PowerShell Looping: Understanding and Using Do…Until
Summary: Microsoft Scripting Guy, Ed Wilson, talks about understanding and using the Do…Until loop.
Microsoft Scripting Guy, Ed Wilson, is here. The Scripting Wife and I are busy getting ready for TechEd 2014 North America, which will be in Houston, Texas this year. It kicks off this Sunday with registration and preconference sessions. This year, TechEd sold out several weeks prior to the event, so there is lots of excitement built up around this event. The Scripting Wife posted her Ideal TechEd Schedule, the Meet and Greet Schedule for the Scripting Guys booth, and a map so you can Find the Scripting Guys Booth at TechEd 2014.
A major point of confusion amongst beginning scripters, regardless of the language, is the difference between a Do…Until loop and a Do…While loop.
Note Also see yesterday’s post, PowerShell Looping: Understanding and Using Do…While.
In one respect, Do … Until and Do … While are opposites. This is due to the position of the condition to be evaluated. Whereas, a Do…While loop continues processing WHILE a condition evaluates as True, a Do…Until loop processes UNTIL a condition becomes True. This is a subtle difference that can lead to seriously difficult errors to detect in a complicated Windows PowerShell script.
In yesterday’s post, I talked about using the Do…While loop. In one of the scripts from that post, I evaluate the value of a variable. If the value of $a is less than or equal to the number 5, the script block continues to process. But if the initial value of $a is greater than the 5, the script block still runs one time. This is because it is bottom evaluated. Here is a screenshot of that process:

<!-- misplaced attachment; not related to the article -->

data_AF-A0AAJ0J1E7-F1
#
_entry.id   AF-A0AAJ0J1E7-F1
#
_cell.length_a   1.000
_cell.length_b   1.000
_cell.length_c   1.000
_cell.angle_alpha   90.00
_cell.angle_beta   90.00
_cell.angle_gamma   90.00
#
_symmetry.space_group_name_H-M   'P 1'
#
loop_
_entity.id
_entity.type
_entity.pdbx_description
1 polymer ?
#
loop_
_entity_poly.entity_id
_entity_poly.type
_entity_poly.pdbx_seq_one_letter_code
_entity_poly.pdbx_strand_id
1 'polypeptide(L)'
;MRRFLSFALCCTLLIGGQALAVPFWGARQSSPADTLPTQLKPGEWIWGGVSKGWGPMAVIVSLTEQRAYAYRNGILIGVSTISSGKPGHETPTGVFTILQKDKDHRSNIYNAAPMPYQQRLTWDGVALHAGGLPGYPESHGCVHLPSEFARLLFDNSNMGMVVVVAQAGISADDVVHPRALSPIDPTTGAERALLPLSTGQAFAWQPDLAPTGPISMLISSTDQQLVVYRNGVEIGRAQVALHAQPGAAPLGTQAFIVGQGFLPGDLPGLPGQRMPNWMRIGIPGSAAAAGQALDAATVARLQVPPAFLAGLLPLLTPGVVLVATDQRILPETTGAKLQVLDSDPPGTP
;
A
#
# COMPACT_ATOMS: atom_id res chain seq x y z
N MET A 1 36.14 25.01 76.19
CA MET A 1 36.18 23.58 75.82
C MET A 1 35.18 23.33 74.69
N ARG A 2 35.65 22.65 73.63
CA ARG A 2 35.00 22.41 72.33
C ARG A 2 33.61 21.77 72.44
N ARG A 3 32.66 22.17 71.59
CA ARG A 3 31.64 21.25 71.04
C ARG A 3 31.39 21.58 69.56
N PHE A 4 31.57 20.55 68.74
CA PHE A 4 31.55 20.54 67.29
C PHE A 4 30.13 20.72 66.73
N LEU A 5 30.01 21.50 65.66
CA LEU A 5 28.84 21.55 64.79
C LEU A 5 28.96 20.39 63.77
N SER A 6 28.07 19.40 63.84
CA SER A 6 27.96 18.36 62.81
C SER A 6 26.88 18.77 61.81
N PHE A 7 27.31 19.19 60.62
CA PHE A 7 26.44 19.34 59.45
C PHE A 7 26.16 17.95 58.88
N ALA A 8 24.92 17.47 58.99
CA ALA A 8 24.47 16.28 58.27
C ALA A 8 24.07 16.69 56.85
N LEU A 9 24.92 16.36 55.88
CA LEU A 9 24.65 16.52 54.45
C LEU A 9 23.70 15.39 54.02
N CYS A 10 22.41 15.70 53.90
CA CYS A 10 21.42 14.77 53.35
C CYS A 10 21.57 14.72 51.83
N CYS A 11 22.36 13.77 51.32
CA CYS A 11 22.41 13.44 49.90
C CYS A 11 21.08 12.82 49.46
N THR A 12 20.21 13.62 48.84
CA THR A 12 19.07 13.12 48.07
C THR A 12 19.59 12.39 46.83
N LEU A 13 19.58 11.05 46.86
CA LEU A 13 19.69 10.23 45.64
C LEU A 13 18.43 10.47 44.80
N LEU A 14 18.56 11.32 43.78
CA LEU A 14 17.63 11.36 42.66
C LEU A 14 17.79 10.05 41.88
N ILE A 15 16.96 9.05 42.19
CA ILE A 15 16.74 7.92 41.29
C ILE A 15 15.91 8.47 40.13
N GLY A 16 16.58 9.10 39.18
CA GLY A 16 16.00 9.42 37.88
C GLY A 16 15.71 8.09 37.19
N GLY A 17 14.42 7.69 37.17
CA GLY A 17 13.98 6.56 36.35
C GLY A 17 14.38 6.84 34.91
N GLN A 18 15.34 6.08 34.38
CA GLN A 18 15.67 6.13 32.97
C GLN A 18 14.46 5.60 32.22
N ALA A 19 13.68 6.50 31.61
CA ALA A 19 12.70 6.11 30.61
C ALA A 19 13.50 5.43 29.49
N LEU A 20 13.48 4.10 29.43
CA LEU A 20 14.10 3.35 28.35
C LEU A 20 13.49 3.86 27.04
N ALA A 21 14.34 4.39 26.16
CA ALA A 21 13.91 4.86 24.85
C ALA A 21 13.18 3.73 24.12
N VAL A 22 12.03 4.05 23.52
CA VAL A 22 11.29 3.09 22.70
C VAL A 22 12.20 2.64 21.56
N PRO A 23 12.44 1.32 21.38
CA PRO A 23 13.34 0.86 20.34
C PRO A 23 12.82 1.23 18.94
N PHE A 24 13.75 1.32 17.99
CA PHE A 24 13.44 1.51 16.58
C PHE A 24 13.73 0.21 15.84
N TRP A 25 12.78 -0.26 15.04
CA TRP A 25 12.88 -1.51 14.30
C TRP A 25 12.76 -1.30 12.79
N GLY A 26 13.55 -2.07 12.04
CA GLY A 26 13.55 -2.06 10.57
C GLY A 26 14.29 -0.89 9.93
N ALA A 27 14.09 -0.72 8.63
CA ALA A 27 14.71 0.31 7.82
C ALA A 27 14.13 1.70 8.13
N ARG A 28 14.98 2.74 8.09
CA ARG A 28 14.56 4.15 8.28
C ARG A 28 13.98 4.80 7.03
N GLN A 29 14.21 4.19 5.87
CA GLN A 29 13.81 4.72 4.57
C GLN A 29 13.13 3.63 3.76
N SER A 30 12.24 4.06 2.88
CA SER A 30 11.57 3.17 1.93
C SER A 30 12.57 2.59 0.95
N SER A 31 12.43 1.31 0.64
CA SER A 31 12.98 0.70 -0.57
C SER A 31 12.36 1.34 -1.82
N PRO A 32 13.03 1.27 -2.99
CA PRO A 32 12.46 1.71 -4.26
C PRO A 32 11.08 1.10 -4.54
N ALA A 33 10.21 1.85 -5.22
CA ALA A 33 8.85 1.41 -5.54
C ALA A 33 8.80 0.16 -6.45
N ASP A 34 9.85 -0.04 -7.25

If I change this from a Do…While to a Do…Until loop, the script looks like this:
$a = 0 #if greater than 5 runs forever
#if less than 5 runs only once
"Starting Loop $a"
"Now `$a is $a"
} Until ($a -le 5)
The script block runs one time because it runs until the value of $a is less than or equal to 5. The output is shown here:
If I increase the value of $a to 9, notice that the script goes into an infinite loop. This is because the script runs the script block, and then it evaluates the condition. Because the condition will never become True, the script block continues to run, and run, and run. This is shown here:
In summary, both Do…While and Do…Until are bottom evaluated. Therefore, the script block runs at least one time. Do…While runs as long as a condition is True. When that condition becomes False, it ceases to run. However, if the condition is always False, it will still run one loop.
Do…Until runs until a condition becomes True. That is, it runs as long as a condition is False. It also evaluates at the bottom of the loop; and therefore, it will also run at least one time. If a condition never becomes True, the script goes into an endless loop.
In my example, 9 is never less than or equal to 5; and therefore, the condition will never become True. The script block went into an endless loop, and I had to stop the script by pressing the red square in the ISE. In the Windows PowerShell console, I would press Ctrl+C.
There are three similar tools: While, Do…While, and Do…Until. Each has its own usage and purpose in a script.
That is all there is to using Do…Until. Join me tomorrow when I will talk about Windows PowerShell control statements in looping.
I invite you to follow me on Twitter and Facebook. If you have any questions, send email to me at email@example.com, or post your questions on the Official Scripting Guys Forum. See you tomorrow. Until then, peace.
Ed Wilson, Microsoft Scripting Guy